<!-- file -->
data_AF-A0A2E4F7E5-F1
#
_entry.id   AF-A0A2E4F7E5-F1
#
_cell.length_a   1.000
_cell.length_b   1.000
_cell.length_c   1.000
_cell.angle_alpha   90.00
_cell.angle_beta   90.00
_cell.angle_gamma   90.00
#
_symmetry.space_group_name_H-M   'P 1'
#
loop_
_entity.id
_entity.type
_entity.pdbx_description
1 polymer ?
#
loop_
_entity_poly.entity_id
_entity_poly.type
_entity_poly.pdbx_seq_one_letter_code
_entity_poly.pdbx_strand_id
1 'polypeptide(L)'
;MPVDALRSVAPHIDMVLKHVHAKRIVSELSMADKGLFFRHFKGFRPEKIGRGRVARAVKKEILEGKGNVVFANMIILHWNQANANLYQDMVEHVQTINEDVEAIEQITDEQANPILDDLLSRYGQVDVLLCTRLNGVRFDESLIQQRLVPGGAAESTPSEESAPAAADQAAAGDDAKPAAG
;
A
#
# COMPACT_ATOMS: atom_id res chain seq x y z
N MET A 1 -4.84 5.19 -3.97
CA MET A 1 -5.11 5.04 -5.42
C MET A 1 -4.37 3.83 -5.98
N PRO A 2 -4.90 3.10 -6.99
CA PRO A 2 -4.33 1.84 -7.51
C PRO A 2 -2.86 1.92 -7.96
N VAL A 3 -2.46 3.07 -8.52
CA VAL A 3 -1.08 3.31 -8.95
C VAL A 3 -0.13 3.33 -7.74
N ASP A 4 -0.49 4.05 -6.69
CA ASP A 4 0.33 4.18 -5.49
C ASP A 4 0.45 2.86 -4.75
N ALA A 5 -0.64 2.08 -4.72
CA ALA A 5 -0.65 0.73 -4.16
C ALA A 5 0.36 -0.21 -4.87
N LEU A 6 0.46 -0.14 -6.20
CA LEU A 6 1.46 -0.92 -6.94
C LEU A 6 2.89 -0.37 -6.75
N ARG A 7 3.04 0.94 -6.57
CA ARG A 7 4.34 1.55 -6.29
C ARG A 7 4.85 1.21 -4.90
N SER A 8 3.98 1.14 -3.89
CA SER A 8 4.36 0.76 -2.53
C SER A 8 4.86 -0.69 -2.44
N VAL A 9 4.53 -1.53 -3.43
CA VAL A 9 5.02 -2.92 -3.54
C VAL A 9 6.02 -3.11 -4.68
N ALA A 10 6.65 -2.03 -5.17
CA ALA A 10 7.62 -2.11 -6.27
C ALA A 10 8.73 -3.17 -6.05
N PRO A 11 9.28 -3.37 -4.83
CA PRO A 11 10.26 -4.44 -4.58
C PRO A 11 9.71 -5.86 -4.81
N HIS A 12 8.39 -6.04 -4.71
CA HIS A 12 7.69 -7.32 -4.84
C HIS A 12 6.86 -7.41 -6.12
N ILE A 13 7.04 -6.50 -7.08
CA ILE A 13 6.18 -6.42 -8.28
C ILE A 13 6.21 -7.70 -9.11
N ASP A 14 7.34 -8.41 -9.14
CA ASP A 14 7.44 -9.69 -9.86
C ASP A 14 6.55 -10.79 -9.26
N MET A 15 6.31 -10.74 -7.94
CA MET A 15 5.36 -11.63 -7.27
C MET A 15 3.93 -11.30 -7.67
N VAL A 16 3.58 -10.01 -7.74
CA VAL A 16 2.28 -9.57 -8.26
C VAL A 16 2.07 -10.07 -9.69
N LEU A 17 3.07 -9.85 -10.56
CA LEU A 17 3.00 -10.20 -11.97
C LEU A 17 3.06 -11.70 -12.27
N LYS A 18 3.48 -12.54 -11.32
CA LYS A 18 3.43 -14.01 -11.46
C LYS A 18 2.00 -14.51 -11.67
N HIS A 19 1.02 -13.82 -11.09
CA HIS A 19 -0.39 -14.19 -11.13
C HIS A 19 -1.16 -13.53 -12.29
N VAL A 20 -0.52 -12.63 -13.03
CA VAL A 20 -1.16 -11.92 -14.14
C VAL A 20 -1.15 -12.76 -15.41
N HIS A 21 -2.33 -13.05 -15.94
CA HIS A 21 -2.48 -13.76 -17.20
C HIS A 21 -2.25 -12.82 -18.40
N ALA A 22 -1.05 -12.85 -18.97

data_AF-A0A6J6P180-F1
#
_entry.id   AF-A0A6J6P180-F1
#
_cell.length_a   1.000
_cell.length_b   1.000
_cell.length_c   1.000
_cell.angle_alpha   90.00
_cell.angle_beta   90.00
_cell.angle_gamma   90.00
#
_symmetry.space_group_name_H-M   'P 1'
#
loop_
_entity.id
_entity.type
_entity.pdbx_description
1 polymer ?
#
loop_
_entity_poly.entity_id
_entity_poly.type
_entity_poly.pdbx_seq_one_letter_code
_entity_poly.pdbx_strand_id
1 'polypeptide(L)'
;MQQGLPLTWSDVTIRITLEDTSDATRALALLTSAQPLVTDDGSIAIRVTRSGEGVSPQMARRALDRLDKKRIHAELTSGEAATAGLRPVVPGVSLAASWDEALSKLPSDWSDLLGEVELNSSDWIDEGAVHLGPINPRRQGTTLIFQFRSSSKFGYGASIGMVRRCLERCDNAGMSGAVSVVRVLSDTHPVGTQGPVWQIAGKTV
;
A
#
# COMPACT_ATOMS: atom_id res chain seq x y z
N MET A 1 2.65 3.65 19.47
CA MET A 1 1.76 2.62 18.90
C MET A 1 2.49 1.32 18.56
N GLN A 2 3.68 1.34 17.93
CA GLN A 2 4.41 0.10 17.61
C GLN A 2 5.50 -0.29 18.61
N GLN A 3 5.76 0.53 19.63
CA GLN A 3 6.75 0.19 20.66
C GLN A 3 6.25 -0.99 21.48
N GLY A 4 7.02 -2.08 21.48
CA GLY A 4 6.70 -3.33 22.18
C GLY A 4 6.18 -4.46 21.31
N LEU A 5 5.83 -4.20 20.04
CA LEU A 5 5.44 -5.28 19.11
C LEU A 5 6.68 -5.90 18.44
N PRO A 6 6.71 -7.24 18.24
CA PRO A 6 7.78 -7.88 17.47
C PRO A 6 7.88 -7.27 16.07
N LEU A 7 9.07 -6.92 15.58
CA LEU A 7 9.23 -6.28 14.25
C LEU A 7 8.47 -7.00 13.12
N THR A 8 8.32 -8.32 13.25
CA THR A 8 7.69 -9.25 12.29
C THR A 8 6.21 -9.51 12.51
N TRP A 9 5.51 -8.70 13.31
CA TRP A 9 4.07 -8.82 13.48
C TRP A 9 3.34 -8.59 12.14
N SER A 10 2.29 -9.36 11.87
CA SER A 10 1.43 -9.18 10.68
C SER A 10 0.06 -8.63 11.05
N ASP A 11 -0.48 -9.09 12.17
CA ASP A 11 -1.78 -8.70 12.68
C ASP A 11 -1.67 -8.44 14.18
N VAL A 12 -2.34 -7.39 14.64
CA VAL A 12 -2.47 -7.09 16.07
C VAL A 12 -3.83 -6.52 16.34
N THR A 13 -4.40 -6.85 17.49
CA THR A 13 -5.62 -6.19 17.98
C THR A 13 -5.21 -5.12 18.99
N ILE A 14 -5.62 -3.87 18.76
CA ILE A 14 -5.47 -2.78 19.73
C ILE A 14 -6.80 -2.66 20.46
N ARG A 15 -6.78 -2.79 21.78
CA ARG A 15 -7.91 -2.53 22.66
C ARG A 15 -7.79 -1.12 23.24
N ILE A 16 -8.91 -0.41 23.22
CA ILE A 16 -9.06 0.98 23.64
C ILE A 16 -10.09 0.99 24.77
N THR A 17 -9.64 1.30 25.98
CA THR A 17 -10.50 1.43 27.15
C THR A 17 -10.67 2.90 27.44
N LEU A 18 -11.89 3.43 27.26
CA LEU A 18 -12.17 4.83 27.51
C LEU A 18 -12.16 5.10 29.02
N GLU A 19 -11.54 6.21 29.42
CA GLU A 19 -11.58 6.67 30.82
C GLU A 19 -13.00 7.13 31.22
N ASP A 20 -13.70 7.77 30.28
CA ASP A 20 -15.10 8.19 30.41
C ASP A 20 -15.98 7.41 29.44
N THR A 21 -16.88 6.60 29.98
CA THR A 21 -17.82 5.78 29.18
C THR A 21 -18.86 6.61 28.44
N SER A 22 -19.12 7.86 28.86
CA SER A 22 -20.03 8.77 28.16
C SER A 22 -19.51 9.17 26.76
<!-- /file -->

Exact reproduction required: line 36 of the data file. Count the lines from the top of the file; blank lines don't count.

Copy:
C PRO A 2 -2.86 1.92 -7.96